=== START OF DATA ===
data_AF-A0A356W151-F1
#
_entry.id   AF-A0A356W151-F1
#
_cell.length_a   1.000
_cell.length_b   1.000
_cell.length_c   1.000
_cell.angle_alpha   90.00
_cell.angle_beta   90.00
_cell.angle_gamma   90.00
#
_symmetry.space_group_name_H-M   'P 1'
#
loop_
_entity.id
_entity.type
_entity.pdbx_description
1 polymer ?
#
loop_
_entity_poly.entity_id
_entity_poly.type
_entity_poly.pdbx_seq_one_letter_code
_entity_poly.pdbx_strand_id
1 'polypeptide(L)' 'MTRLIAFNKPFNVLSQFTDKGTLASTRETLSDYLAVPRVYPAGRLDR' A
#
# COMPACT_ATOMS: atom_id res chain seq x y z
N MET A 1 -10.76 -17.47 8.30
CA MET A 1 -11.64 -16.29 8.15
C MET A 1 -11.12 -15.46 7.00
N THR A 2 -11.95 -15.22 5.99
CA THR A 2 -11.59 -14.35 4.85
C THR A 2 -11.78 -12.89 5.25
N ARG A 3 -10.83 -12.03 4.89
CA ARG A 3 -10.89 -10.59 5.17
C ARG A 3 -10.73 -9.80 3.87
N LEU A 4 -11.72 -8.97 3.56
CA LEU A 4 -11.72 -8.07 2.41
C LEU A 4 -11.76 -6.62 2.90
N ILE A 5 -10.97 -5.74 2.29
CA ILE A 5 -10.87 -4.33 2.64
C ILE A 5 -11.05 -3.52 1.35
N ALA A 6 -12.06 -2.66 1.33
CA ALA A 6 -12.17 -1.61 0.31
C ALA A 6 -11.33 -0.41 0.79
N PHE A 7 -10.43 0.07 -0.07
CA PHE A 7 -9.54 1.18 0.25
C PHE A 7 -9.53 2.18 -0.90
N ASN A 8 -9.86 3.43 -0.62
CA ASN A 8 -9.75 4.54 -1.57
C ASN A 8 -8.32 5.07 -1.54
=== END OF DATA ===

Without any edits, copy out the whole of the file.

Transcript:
data_AF-A0A356W151-F1
#
_entry.id   AF-A0A356W151-F1
#
_cell.length_a   1.000
_cell.length_b   1.000
_cell.length_c   1.000
_cell.angle_alpha   90.00
_cell.angle_beta   90.00
_cell.angle_gamma   90.00
#
_symmetry.space_group_name_H-M   'P 1'
#
loop_
_entity.id
_entity.type
_entity.pdbx_description
1 polymer ?
#
loop_
_entity_poly.entity_id
_entity_poly.type
_entity_poly.pdbx_seq_one_letter_code
_entity_poly.pdbx_strand_id
1 'polypeptide(L)' 'MTRLIAFNKPFNVLSQFTDKGTLASTRETLSDYLAVPRVYPAGRLDR' A
#
# COMPACT_ATOMS: atom_id res chain seq x y z
N MET A 1 -10.76 -17.47 8.30
CA MET A 1 -11.64 -16.29 8.15
C MET A 1 -11.12 -15.46 7.00
N THR A 2 -11.95 -15.22 5.99
CA THR A 2 -11.59 -14.35 4.85
C THR A 2 -11.78 -12.89 5.25
N ARG A 3 -10.83 -12.03 4.89
CA ARG A 3 -10.89 -10.59 5.17
C ARG A 3 -10.73 -9.80 3.87
N LEU A 4 -11.72 -8.97 3.56
CA LEU A 4 -11.72 -8.07 2.41
C LEU A 4 -11.76 -6.62 2.90
N ILE A 5 -10.97 -5.74 2.29
CA ILE A 5 -10.87 -4.33 2.64
C ILE A 5 -11.05 -3.52 1.35
N ALA A 6 -12.06 -2.66 1.33
CA ALA A 6 -12.17 -1.61 0.31
C ALA A 6 -11.33 -0.41 0.79
N PHE A 7 -10.43 0.07 -0.07
CA PHE A 7 -9.54 1.18 0.25
C PHE A 7 -9.53 2.18 -0.90
N ASN A 8 -9.86 3.43 -0.62
CA ASN A 8 -9.75 4.54 -1.57
C ASN A 8 -8.32 5.07 -1.54